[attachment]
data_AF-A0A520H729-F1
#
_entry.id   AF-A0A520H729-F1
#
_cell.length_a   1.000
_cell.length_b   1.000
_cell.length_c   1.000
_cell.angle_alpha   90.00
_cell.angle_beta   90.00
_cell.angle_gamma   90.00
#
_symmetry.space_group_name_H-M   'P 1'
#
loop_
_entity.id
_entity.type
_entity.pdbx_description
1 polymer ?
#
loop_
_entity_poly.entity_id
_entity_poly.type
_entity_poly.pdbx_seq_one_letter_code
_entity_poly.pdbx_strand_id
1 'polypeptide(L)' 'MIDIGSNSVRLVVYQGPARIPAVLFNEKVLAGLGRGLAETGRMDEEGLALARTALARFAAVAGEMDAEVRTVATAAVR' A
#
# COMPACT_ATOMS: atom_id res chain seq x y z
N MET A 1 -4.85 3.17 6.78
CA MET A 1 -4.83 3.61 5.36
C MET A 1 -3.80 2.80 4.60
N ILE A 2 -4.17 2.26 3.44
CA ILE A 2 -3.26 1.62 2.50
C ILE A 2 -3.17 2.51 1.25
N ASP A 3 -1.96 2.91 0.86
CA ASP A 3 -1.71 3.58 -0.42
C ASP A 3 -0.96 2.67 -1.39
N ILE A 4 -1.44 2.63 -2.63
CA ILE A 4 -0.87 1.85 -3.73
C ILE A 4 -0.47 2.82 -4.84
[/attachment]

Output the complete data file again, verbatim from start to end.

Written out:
data_AF-A0A520H729-F1
#
_entry.id   AF-A0A520H729-F1
#
_cell.length_a   1.000
_cell.length_b   1.000
_cell.length_c   1.000
_cell.angle_alpha   90.00
_cell.angle_beta   90.00
_cell.angle_gamma   90.00
#
_symmetry.space_group_name_H-M   'P 1'
#
loop_
_entity.id
_entity.type
_entity.pdbx_description
1 polymer ?
#
loop_
_entity_poly.entity_id
_entity_poly.type
_entity_poly.pdbx_seq_one_letter_code
_entity_poly.pdbx_strand_id
1 'polypeptide(L)' 'MIDIGSNSVRLVVYQGPARIPAVLFNEKVLAGLGRGLAETGRMDEEGLALARTALARFAAVAGEMDAEVRTVATAAVR' A
#
# COMPACT_ATOMS: atom_id res chain seq x y z
N MET A 1 -4.85 3.17 6.78
CA MET A 1 -4.83 3.61 5.36
C MET A 1 -3.80 2.80 4.60
N ILE A 2 -4.17 2.26 3.44
CA ILE A 2 -3.26 1.62 2.50
C ILE A 2 -3.17 2.51 1.25
N ASP A 3 -1.96 2.91 0.86
CA ASP A 3 -1.71 3.58 -0.42
C ASP A 3 -0.96 2.67 -1.39
N ILE A 4 -1.44 2.63 -2.63
CA ILE A 4 -0.87 1.85 -3.73
C ILE A 4 -0.47 2.82 -4.84